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Gazal for Suba

I had intended to be at Bardic Champs (03/05/16) to speak words for Suba in person, but because of my duties to a different SCA project I had to write something and pass it off to someone else to read.  I lucked out and Her Majesty Caoilfhionn agreed to read my words as the Rose during Suba's elevation to the Pelican.
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My words took the form of a Ghazal, which is a Persian form of poetry, so it is appropriate for her persona. 
Rumi, Hafez and various other sufi poets wrote Ghazals. Ghazals are also present in late period India as well, so it is appropriate for my SCA Indian Poetess persona as well.

First: a totally skip able explanation on Ghazals, but reading it may increase your pleasure in the poem. 
A ghazal in English can be hard, because the particular Persian Rhyme scheme which gives ghazals their beauty in Farsi or Urdu can sound sing-songy in English. 
The rules for a ghazal are: Each line of the poem must have the same meter. In English we confine ourselves to the same number of sylables per line, in this case 12. 
Ghazals are always in couplets. And each couplet must be a complete thought. So each couplet can stands alone, like a pearl on a necklace.

Originally Ghazals could run to hundreds of couplets, but eventually they settled down to 5 to 12 couplets.  This one has 7.
Ghazals don't rhyme, at least not in the way we think of rhyming in English, instead the first couplet uses the same word at the end of each of it's lines.
Then every couplet that follows uses the same word at the end of the couplet.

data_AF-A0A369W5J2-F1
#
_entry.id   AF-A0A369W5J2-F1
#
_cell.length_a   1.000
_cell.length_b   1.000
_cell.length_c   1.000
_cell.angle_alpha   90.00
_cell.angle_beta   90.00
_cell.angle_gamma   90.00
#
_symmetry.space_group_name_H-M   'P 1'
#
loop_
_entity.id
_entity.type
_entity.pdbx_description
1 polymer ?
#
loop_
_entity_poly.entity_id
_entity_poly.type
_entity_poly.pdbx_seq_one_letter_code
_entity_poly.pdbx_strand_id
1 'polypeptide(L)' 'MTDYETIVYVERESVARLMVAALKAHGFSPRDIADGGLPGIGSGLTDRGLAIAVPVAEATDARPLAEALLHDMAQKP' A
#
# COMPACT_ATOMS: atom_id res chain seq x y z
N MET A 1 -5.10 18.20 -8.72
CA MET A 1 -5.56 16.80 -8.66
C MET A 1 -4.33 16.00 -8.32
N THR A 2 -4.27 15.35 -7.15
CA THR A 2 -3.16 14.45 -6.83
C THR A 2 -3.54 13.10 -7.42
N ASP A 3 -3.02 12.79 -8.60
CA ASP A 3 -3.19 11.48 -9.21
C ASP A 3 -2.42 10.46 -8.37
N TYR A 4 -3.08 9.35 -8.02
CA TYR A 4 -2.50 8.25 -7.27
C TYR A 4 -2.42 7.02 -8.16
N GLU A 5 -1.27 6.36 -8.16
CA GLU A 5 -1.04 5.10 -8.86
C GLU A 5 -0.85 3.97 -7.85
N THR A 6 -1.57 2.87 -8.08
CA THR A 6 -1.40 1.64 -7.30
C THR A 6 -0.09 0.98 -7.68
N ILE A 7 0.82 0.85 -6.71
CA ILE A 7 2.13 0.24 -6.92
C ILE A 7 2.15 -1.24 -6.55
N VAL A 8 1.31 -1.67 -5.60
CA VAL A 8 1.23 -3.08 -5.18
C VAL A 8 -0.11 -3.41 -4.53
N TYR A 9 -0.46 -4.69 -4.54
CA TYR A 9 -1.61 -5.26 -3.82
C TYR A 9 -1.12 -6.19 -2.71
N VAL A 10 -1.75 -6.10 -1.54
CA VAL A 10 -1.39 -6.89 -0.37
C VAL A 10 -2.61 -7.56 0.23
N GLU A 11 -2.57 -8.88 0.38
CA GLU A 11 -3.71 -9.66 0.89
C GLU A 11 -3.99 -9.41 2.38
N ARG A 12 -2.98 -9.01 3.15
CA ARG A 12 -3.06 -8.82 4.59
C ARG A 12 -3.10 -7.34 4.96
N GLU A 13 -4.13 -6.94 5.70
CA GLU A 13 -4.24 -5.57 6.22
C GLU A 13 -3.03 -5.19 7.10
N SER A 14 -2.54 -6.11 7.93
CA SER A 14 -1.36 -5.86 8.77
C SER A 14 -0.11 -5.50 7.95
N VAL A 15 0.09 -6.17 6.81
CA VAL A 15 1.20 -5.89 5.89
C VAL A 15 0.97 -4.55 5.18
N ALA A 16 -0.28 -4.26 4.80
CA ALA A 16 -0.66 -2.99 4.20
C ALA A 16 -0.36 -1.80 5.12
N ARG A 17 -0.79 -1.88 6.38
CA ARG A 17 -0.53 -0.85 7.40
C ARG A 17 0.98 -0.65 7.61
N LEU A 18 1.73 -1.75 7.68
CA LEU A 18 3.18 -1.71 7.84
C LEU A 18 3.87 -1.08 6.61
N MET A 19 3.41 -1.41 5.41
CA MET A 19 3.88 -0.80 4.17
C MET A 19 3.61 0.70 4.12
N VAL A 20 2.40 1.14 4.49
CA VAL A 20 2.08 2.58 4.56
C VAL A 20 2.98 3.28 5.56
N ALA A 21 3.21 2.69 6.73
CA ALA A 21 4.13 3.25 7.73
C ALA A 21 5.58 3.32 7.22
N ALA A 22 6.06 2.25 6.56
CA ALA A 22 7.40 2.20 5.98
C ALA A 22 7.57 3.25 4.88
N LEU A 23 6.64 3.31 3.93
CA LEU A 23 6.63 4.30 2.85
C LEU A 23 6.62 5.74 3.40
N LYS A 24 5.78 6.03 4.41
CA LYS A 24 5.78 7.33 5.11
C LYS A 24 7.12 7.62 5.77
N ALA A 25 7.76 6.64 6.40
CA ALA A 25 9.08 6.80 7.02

In this case I used the word "side". 
Using the word "side" allowed me to use additional words in English that contain the word "side", like "inside" or "decide".  Additionally, repeating the same word more than once is totally allowed.  I could have used only "side" at the end of each word and followed the rules for Ghazal creation.
Ghazals usually speak of longing for The Beloved, meaning either longing for their romantic partner or in Sufi and Bhakti poetry, yearning for connection to The Divine.  I have used that idea but hopefully in a non creepy way.  

Ghazals are usually "signed" which means in the last couplet the poet sticks in their name so that everyone know who wrote it, and I have done that here. 

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A Ghazal for Suba


I am far away, yearning to be by your side,
to see this lady-fair blossom, transform inside. 

She of the random dishrag, voice pure as a lark,
will kneel before her Crowns, Pelicans by her side.

What brought our beloved here? One had better ask
who hosts events where our kingdom draws, fire-side.

Courtesy, as braided into her name as love, 
is service, or so the Crowns of the East decide.

She does not fear to speak her conscience or her mind, 
Suba al-Hadid has a spine of steel inside.
We peers eulogize the living with our praises; 
we hope they take our words and treasure them inside. 

Treasure this, beloved, a peer you are. The Rose
poet declares, Marguerite... and Countess besides.

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